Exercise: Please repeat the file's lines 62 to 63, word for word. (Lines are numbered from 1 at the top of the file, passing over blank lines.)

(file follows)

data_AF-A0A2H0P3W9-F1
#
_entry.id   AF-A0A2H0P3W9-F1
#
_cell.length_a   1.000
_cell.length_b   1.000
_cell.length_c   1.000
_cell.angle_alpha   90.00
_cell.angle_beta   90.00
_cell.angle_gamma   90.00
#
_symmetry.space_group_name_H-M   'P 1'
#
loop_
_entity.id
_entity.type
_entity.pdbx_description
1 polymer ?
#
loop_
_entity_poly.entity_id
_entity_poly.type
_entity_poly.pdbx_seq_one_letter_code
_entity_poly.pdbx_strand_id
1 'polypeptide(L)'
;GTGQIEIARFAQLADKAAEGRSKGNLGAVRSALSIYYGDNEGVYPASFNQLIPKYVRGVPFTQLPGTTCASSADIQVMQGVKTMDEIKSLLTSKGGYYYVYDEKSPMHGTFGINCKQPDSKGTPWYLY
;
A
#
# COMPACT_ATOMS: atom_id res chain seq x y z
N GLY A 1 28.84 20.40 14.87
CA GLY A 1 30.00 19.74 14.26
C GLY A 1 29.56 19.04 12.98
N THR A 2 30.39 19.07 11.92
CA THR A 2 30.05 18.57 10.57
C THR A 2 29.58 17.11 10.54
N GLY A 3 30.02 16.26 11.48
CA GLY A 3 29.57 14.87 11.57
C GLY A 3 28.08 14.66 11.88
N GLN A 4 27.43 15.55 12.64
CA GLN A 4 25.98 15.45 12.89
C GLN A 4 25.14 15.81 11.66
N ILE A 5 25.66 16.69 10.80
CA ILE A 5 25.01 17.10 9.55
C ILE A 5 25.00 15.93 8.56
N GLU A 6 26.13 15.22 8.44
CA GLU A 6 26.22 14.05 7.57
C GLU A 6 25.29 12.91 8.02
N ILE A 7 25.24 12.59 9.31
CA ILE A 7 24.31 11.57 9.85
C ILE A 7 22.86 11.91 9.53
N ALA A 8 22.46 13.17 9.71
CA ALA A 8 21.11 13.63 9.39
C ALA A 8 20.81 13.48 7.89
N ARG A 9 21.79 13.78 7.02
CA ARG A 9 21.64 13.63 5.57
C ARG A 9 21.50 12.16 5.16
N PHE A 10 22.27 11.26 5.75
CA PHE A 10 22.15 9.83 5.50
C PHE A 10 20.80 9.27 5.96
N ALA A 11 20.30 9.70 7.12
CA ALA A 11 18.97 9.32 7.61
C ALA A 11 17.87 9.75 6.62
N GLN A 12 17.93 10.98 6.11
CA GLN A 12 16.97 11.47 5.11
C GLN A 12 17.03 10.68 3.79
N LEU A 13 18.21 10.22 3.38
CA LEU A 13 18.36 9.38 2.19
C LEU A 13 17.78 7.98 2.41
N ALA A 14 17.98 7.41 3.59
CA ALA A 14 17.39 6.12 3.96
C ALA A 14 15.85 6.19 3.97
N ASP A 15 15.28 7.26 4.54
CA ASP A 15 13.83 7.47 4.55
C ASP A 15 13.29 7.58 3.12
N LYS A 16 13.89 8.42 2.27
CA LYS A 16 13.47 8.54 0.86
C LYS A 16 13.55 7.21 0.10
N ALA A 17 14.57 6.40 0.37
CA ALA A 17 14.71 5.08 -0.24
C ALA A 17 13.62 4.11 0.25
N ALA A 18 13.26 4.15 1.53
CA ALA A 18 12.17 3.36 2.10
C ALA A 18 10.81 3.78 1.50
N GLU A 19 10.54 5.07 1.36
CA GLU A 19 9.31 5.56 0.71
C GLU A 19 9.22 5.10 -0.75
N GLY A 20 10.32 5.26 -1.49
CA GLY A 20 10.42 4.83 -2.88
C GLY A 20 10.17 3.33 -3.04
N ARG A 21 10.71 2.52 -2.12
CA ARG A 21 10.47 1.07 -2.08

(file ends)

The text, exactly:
CA ALA A 11 18.97 9.32 7.61
C ALA A 11 17.87 9.75 6.62